The obtained values were calibrated against their respective standard curves (1,2,3):
T P C : y = 0.016 x + 0.063 ,
D P P H : y = 25169 x + 1.2901 ,
F R A P : y = 0.3529 x + 0.0092 .
These curves represent equivalent concentrations of gallic acid for the phenolic compounds assay, and Trolox equivalents for the DPPH and FRAP assays. The curves were constructed using concentrations of 20, 40, 70, 90, 120, and 150 µL/mL of the corresponding reagents. The stock solution of DPPH had an absorbance equivalent to 0.765.

2.2.4. Hummus pH, aw, and Color Measurements

The pH monitoring was determined through a digital pH meter, consisting of a potentiometer BASIC 20PLUS (Crison, Alella, Spain) and an electrode (HACH, Rheineck, Switzerland) that was previously calibrated.
Water activity (aw) was evaluated at 25 °C in triplicates using the water activity meter (LabMaster-aw Neo, Novasina, Switzerland) that enables measurements under precisely controlled chamber temperature conditions with an electrolytic sensor [39].
Color readings were executed with a colorimeter Chroma Meter CR 400 Series (Konica Minolta Business Technologies, Tokyo, Japan) calibrated to white standards prior to measuring. The data L*, a*, and b* were analyzed in triplicates in a Petri dish with approximately 20 g of each sample. Based on the CIELAB color coordinate system, L* designates brightness (from 0 to 100), a* indicates the values of redness (+60) or greenness (−60), and b* characterizes the values of yellowness (+60) or blueness (−60) [40]. It was also performed the calculation of ΔE, which represents the global level of variation between the control hummus and the hummuses with alga incorporation, being L1, a1, and b1, respectively, the reference values of L*, a*, and b*, and L2, a2, and b2, respectively, the sample values of L*, a*, and b*, depending on the Formula (4):
Δ E = L 1 L 2 2 + a 1 a 2 2 + b 1 b 2 2

2.2.5. Hummus Rheology Evaluation

Aiming to understand the internal interactions between all the macromolecules of the hummus with seaweed and microalgae compared to the control, linear viscoelasticity analysis was performed using a controlled stress rheometer Haake MARS III (Thermo Fischer Scientific, Waltham, MA, USA), coupled with a UTC Peltier for temperature control.
With the purpose of quantifying the behavior of each different hummus, small amplitude oscillatory shear (SAOS) measurements were conducted using a 20 mm diameter serrated parallel plate–plate sensor system, at 20 °C, with a frequency range of 0.01–100 Hz [41] and a stress of 3 Pa previously determined as linear viscoelastic region through a stress sweep analysis.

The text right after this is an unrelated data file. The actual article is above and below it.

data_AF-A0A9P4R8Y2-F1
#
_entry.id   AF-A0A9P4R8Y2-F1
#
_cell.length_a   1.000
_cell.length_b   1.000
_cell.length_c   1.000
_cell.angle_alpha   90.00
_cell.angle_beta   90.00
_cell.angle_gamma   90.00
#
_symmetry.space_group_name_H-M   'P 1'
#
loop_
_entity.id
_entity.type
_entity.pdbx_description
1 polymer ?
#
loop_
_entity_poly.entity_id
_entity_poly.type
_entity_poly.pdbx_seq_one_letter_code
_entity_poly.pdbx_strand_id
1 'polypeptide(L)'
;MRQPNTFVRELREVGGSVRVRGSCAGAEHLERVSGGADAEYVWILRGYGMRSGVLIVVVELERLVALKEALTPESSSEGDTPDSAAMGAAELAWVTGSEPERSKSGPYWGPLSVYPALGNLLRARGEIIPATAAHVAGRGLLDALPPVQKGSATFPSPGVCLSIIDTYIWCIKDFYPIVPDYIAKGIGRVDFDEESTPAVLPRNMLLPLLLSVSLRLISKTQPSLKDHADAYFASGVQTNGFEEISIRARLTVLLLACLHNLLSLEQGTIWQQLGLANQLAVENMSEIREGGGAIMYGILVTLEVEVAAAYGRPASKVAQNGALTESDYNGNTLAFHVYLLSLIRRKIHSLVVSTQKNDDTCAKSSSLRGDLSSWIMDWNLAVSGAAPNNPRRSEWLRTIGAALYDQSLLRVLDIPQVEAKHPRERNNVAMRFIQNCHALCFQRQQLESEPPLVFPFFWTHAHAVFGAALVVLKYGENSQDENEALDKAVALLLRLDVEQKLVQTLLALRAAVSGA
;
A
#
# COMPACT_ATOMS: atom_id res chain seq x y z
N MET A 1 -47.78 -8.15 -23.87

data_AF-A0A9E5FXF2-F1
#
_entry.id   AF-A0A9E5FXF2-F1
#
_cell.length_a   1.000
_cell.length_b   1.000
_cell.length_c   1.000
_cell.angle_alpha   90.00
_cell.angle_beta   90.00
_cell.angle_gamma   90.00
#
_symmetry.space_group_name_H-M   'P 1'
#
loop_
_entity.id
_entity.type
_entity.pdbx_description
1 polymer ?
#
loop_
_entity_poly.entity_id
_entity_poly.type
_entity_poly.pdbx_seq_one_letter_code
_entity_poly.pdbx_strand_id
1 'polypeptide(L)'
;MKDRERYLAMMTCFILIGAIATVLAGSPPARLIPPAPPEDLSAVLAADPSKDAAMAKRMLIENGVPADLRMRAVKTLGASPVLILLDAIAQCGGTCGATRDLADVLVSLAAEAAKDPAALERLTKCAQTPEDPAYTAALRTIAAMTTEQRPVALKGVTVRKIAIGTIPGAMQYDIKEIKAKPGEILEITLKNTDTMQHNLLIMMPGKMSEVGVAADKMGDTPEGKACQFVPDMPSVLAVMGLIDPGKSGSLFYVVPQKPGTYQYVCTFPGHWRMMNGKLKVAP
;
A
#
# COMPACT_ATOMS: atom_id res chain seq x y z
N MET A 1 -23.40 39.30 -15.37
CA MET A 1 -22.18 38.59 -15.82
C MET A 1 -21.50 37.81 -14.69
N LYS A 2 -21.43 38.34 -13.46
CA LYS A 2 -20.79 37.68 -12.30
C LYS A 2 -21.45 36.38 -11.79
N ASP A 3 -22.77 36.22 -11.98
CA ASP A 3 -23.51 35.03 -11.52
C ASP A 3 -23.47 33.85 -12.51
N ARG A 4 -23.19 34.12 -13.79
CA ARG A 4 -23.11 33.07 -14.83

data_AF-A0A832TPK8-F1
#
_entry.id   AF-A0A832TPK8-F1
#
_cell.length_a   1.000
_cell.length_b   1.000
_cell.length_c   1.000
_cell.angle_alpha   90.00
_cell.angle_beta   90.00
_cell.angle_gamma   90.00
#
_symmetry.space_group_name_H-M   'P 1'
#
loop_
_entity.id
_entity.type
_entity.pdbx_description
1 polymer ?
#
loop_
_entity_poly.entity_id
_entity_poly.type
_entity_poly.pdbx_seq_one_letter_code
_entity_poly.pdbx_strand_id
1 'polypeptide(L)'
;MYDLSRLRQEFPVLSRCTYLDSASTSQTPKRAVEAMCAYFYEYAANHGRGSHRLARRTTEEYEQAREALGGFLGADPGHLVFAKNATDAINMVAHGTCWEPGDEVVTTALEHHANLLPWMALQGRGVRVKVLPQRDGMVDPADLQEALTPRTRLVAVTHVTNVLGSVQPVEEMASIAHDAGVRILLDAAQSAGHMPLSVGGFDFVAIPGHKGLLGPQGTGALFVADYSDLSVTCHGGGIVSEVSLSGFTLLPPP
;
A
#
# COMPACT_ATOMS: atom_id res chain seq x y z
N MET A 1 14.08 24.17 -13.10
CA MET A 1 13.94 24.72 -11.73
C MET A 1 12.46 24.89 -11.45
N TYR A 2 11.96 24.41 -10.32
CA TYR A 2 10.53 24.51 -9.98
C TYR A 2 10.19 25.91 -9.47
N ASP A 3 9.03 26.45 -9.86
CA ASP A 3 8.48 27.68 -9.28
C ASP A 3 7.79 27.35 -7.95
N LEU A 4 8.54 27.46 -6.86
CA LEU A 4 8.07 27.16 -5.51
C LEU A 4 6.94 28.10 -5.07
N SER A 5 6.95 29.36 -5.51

The mechanical spectrum, obtained from the frequency sweep tests, was acquired with G′ representing the storage modulus (elastic component) denoting the hummus’ capacity to store and recover energy during deformation. Simultaneously, G″ represented the loss modulus (viscous component), elucidating hummus’ tendency to dissipate energy during the deformation [42]. Both moduli were examined as functions of frequency. G′ at a frequency of 1 Hz was specifically selected for the subsequent analysis of variance.
The decision to conduct the analysis at 20 °C considers that consumers typically purchase these hummus varieties packaged in tubes at room temperature in supermarkets.

2.2.6. Hummus Texture Analysis

Texture Profile Analysis (TPA) in penetration mode was performed in a TA-XT plus texturometer (Stable Micro Systems, Goldaming, UK) with a load cell of 5 kg. The TPA was executed with a Perspex cylindrical probe with 10 mm diameter at 1 mm/s until a 20 mm depth. The test, also known as the “two bite test”, consisted of two consecutive cycles with 5 s between cycles with performance in quintuplicate at 20 °C. The samples were fixed on glass containers with 6 cm diameter and 5.5 cm height, being filled to 4 cm height [43].